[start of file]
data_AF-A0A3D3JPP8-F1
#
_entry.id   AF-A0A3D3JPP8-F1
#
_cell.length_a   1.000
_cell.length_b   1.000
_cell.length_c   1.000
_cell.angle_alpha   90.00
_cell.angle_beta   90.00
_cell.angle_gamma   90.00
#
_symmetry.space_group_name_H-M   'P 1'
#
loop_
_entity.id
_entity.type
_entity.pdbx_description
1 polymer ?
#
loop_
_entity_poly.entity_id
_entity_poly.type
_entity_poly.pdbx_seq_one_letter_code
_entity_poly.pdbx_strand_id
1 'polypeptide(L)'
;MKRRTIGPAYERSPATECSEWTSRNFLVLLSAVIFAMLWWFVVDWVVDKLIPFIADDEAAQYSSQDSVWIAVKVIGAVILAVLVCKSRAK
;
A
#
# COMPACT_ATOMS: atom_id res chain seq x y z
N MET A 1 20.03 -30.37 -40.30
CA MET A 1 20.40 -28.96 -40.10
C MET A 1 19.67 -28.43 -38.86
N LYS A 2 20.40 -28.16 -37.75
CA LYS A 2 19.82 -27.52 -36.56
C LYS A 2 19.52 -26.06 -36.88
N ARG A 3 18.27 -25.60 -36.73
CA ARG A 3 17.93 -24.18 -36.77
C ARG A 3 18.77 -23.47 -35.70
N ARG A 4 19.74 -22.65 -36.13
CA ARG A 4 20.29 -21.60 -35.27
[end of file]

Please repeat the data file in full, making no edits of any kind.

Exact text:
data_AF-A0A3D3JPP8-F1
#
_entry.id   AF-A0A3D3JPP8-F1
#
_cell.length_a   1.000
_cell.length_b   1.000
_cell.length_c   1.000
_cell.angle_alpha   90.00
_cell.angle_beta   90.00
_cell.angle_gamma   90.00
#
_symmetry.space_group_name_H-M   'P 1'
#
loop_
_entity.id
_entity.type
_entity.pdbx_description
1 polymer ?
#
loop_
_entity_poly.entity_id
_entity_poly.type
_entity_poly.pdbx_seq_one_letter_code
_entity_poly.pdbx_strand_id
1 'polypeptide(L)'
;MKRRTIGPAYERSPATECSEWTSRNFLVLLSAVIFAMLWWFVVDWVVDKLIPFIADDEAAQYSSQDSVWIAVKVIGAVILAVLVCKSRAK
;
A
#
# COMPACT_ATOMS: atom_id res chain seq x y z
N MET A 1 20.03 -30.37 -40.30
CA MET A 1 20.40 -28.96 -40.10
C MET A 1 19.67 -28.43 -38.86
N LYS A 2 20.40 -28.16 -37.75
CA LYS A 2 19.82 -27.52 -36.56
C LYS A 2 19.52 -26.06 -36.88
N ARG A 3 18.27 -25.60 -36.73
CA ARG A 3 17.93 -24.18 -36.77
C ARG A 3 18.77 -23.47 -35.70
N ARG A 4 19.74 -22.65 -36.13
CA ARG A 4 20.29 -21.60 -35.27